This article has been prepared by Penny Ward FFPM.
It is provided for information and does not constitute advice or represent official FPM views or policy.
How to cite:
Ward, P (2020), ‘Vaccines Safety During Accelerated Research and Development’, Journal of the Faculty of Pharmaceutical Medicine, 10 November 2020. Available at: https://www.fpm.org.uk/journals/vaccines-safety-during-accelerated-research-and-development/ (Accessed: <date>).
The 25 August 2020 certification of Africa as wild polio free1 serves to remind us of the value of vaccination in preventing infection related death and disability within populations. Vaccines are typically administered to healthy persons (including infants), therefore tolerance for adverse effects from vaccination is typically lower than tolerance to risks associated with medicines given to ill persons. Where sustained high coverage with an efficacious vaccine has led to near elimination of the target disease within a population, safety concerns can become even more prominent since fewer and fewer persons have experienced the disease but many persons will still be immunized and may be harmed. Rigorous scientific safety data are needed to optimize a vaccine’s benefit-risk ratio. In a public health emergency, the urgent need for an effective vaccine must be balanced against potential for vaccine related harms to ensure appropriate use. How can this be achieved when developing a vaccine at ‘warp speed’?
Vaccine Safety Evaluation: Learning from Experience
|Vaccine Strategy||Vaccine (human)||Advantages||Disadvantages|
|Inactivated vaccines||Influenza||Easy to prepare; safety; high titre neutralising antibody||Limited immune response in immunosuppressed/elderly|
|Attenuated virus vaccines||Oral polio, measles mumps and rubella (MMR), yellow fever||Rapid development; induce high immune response (humoral and mucosal)||Pheno/genotypic reversion potential; may cause (mild) disease|
|Subunit vaccines||Influenza||Safety; high titre antibodies; cellular and humoral response; consistent production||High cost; lower titre antibodies requiring adjuvants or repeated doses;|
|Virus like particle/Viral Vector||Ebola virus, Hepatitis B||Safety; high response (humoral and cellular)||Requires identification of antigens with neutralizing epitopes from recovered cases; effect and repeat use may be inhibited by pre-existing antibody vs viral vector|
|DNA vaccines||Zika, Dengue, Hepatitis B/C vaccines in clinical trials||Simple to design; high safety; high titre antibodies||No currently licensed vaccine in human use; delivery issues; toxicity risk (DNA insertion into human genome; anti DNA antibody stimulation)|
|RNA vaccines||Ebola Virus||Simple to design; adaptable; induce strong immune response||No currently licensed vaccine in use in humans/animals; stability; scale up limitations; unintended immunogenicity vs vaccine; potential autoimmune disease|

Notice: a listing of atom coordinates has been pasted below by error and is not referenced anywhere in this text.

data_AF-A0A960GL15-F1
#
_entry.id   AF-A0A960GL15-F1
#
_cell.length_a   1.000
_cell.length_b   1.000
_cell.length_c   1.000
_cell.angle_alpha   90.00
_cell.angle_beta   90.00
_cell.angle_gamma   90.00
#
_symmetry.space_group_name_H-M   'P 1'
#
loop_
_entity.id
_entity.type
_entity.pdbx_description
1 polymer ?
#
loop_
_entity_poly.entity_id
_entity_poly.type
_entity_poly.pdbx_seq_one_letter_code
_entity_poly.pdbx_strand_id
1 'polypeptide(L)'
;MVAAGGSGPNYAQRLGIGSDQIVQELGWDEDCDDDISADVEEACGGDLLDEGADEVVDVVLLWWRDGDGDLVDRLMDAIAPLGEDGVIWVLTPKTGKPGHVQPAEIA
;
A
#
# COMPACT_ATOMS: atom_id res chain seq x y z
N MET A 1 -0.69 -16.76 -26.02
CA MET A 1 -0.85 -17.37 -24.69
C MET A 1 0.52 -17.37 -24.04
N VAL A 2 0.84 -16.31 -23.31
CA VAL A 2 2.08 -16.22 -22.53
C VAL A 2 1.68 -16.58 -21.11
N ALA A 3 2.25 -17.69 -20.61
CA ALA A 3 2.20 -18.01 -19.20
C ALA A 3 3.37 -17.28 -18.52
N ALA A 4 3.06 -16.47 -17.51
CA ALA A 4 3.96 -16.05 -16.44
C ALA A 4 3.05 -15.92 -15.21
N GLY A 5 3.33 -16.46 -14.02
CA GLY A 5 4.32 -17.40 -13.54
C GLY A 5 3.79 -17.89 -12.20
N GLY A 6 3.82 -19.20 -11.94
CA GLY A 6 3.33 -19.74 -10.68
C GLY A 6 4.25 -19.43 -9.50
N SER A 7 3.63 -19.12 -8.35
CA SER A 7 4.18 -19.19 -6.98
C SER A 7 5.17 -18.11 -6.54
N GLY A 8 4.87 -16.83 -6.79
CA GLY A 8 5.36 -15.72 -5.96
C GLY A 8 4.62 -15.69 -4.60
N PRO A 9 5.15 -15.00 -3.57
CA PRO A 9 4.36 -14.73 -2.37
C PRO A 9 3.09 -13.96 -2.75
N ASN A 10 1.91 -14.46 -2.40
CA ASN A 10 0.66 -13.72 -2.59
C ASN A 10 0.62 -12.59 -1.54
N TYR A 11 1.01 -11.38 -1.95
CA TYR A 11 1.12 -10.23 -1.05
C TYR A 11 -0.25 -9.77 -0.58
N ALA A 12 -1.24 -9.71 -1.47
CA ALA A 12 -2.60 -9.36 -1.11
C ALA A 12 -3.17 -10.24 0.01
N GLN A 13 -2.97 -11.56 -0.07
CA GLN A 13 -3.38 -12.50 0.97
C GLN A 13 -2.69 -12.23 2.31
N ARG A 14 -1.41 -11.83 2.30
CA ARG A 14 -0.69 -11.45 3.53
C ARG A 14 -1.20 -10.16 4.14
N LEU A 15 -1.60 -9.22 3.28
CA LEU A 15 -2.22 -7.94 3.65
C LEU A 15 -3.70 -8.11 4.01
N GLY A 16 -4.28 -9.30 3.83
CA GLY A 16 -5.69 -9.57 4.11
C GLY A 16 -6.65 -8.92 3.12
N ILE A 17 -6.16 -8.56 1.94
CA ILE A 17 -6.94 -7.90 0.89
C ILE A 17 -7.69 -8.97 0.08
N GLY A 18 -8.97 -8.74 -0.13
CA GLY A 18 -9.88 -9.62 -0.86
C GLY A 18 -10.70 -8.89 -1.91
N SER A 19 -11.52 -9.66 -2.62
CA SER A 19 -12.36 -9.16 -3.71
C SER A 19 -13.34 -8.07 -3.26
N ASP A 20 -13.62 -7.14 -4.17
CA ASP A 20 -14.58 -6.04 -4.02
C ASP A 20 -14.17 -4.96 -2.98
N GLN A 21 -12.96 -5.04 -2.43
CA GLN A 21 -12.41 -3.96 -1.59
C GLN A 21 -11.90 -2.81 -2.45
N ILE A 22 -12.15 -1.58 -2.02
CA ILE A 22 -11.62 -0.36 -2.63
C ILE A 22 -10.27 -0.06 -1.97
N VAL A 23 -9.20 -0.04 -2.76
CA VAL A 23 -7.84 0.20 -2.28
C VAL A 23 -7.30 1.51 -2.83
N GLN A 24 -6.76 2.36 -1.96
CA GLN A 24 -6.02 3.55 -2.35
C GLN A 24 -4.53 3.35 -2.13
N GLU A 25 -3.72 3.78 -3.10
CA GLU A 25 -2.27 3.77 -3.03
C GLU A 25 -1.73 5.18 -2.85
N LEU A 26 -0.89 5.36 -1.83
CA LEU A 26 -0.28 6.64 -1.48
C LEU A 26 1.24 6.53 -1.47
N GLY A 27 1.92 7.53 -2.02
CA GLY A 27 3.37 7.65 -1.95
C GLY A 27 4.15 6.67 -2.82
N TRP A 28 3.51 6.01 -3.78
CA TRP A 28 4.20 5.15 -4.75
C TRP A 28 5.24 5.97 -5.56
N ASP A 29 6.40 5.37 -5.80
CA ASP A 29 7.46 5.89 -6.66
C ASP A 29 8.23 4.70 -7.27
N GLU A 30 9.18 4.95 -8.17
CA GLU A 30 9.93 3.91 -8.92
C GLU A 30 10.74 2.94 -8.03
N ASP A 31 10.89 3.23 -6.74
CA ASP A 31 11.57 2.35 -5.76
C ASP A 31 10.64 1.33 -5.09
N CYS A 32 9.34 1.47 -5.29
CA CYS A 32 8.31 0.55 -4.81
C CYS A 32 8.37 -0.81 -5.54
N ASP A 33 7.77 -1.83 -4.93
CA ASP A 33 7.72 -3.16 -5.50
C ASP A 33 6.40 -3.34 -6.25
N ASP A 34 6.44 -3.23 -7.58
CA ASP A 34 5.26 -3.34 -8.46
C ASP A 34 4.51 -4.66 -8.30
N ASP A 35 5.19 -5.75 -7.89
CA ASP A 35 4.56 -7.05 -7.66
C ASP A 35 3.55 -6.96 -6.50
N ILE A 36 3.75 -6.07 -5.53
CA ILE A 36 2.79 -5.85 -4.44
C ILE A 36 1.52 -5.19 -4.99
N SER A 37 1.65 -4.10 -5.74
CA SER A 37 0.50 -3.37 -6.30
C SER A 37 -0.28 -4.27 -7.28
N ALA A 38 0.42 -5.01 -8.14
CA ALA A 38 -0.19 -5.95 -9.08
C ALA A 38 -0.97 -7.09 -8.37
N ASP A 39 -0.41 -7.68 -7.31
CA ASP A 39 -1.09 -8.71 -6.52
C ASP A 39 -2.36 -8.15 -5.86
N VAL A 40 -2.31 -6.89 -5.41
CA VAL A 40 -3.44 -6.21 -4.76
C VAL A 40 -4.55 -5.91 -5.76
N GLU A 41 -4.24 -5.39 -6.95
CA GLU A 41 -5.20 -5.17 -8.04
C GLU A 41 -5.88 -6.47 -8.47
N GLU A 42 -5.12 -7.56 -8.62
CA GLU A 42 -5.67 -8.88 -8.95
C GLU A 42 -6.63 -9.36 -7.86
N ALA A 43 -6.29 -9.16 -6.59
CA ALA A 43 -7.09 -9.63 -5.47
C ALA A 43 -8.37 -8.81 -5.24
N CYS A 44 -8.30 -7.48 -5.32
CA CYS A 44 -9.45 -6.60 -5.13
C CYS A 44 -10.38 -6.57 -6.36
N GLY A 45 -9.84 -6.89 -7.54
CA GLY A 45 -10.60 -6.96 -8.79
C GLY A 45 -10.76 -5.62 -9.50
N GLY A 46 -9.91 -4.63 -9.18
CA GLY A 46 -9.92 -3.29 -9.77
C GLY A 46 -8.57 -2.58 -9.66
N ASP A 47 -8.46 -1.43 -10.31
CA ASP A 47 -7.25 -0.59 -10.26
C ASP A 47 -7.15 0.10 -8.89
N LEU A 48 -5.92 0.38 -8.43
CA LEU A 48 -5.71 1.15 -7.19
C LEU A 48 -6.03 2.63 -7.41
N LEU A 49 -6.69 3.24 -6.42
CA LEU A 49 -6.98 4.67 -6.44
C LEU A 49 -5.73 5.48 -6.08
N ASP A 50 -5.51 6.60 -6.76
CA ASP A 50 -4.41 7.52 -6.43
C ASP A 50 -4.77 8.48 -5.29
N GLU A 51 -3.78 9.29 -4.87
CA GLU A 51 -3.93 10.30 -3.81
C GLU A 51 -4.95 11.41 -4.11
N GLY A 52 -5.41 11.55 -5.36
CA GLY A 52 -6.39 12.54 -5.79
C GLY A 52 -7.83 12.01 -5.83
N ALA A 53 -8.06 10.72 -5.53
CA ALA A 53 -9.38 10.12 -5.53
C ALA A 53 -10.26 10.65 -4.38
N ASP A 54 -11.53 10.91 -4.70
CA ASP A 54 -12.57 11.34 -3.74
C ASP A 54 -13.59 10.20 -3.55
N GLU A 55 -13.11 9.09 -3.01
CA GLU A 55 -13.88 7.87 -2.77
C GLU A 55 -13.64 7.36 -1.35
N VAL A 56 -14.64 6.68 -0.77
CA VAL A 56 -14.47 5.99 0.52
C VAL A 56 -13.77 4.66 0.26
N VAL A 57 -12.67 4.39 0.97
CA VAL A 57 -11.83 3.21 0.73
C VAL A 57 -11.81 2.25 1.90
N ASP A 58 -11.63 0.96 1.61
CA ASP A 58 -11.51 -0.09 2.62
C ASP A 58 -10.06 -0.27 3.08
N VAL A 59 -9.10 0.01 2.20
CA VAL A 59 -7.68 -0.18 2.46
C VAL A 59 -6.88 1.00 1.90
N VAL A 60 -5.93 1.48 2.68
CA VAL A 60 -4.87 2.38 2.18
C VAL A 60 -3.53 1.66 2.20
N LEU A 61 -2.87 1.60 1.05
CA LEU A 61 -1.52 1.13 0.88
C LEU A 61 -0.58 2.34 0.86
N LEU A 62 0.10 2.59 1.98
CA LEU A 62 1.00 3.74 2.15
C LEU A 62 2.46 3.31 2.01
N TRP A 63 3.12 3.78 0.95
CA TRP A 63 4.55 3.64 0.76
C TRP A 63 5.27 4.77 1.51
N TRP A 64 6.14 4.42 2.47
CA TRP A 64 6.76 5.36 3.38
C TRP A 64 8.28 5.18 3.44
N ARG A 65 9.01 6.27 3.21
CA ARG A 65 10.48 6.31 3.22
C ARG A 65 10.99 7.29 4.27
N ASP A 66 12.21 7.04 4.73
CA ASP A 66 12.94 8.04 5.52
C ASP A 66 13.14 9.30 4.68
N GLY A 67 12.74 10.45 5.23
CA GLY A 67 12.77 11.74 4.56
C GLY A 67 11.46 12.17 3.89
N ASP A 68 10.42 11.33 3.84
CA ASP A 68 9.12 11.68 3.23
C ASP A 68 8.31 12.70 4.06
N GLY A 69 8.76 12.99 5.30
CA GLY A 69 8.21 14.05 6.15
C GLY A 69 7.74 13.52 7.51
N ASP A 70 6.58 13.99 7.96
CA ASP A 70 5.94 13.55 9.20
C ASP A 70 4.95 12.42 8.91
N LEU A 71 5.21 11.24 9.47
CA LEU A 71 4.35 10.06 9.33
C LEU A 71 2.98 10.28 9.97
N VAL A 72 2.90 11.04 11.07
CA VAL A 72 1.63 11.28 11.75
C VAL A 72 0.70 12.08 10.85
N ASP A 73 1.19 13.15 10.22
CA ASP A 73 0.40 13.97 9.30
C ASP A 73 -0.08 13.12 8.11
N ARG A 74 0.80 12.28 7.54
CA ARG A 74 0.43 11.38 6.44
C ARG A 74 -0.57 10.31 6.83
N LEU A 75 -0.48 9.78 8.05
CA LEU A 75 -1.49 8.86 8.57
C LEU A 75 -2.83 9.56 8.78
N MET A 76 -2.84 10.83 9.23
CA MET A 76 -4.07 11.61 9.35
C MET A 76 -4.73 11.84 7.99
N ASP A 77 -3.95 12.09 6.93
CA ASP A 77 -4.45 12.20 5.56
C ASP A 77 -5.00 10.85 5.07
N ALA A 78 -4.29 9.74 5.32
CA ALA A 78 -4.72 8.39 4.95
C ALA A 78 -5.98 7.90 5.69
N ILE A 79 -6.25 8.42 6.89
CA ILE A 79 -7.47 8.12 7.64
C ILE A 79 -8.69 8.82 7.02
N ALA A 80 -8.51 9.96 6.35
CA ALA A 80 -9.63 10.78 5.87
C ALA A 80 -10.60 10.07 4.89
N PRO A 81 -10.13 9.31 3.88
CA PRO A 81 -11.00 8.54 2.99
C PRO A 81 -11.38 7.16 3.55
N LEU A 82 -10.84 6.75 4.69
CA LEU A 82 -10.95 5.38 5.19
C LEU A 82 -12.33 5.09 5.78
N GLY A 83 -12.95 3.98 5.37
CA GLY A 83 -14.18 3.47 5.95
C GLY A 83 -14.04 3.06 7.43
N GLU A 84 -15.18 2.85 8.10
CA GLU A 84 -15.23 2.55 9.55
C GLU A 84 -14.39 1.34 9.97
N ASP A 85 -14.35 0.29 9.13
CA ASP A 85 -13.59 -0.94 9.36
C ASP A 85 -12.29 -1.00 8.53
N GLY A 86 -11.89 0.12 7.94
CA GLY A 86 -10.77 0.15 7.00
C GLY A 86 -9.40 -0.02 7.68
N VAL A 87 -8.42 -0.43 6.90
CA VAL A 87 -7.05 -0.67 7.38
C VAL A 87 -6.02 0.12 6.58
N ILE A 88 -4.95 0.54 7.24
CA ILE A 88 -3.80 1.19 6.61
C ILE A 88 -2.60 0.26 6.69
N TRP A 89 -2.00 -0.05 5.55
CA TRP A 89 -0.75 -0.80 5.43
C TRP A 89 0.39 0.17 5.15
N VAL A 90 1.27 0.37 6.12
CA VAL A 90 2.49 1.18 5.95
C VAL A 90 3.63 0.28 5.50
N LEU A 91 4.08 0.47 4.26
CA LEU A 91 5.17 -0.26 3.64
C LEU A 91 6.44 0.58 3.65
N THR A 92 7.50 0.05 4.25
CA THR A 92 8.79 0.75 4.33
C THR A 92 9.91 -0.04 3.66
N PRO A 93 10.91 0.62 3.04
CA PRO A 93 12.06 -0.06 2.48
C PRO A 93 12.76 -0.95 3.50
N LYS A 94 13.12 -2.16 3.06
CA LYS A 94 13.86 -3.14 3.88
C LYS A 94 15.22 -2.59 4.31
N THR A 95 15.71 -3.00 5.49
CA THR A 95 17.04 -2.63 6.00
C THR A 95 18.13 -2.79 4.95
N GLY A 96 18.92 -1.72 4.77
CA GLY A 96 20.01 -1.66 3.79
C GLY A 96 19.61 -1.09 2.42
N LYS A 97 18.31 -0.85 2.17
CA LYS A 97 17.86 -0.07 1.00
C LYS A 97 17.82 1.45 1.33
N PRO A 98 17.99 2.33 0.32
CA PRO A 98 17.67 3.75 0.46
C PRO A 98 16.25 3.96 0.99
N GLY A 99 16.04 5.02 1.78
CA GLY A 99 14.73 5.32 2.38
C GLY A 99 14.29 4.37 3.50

Advantages of using existing approved technologies in a pandemic emergency are multiple: established techniques result in availability of reliable manufacturing centres for rapid scale up; vaccine manufacturing components, including well qualified cell banks used for the initial viral culture (which have been built up since the recognition of vaccine contamination by several adventitious agents in the past2), are likely to be available for immediate exploitation; lastly, a great deal is known about the reliability of immune response to vaccines of this type, supporting extrapolation of existing knowledge to the new virus. In contrast novel techniques must start de novo and the manufacturing capacity built ‘at risk’3,4. In addition, performance of vaccines made using these technologies is not widely understood in practice, limiting ability to extrapolate from prolonged experience. Additional safety considerations may arise. For DNA vaccines, concerns include the development of autoimmunity, host cell genome integration and tissue destruction due to cytotoxic responses. There is also a potential concern for release of DNA products into the environment and other considerations linked to use of a genetically modified organism (GMO) in clinical practice5. The manufacturing processes for RNA vaccines do not require toxic chemicals or cell cultures that could be contaminated with adventitious viruses and, unless delivered within a viral vector, avoid the common risks associated with other vaccine platforms. The short manufacturing time required reduces the risk of introducing contaminating microorganisms and potential integration of the vector genome into host cell DNA is not a concern6. These features suggest RNA vaccines have some advantages relative to other technologies but also a potential risk regarding B cell activation and of exacerbating autoimmune reactions in some cases.
As for any new therapeutic, preclinical assessment must be completed prior to conducting clinical trials. The International Coalition of Medicines Regulatory Authorities (ICMRA) held several workshops to agree a consistent approach to vaccine development for COVID-19. FDA has also published regulatory guidance for this indication 7,8. Where adequate information to characterize product safety is available, e.g. the COVID-19 vaccine candidate is made using a platform technology utilized to manufacture a licensed vaccine or other previously studied investigational vaccines and is sufficiently characterized, it may be possible to use toxicology data and clinical data accrued with other products using the same platform to support FIH clinical trials with the new vaccine candidate. Local tolerance information with the candidate is required. Biodistribution studies in an animal species are required if the vaccine construct is novel, there is a likelihood of altered infectivity and tissue tropism or a novel route of administration/formulation is to be used. An immune response must be demonstrated in an in vivo animal model. A range of COVID-19 animal models have been investigated, each of which reflects different features of COVID-19 disease in humans. Although murine models are usually preferred (low cost, high reproductive rate and wealth of available reagents) wild type mice are unsuitable due to receptor incompatibility. A transgenic mouse model incorporating the human ACE2 receptor has been developed. Because hamster and transgenic mouse models display clinical symptoms these models have been used to study the early efficacy of various vaccines, while later studies (used to predict doses and safety assessments prior to human trials) have frequently been performed in non-human primates9-13.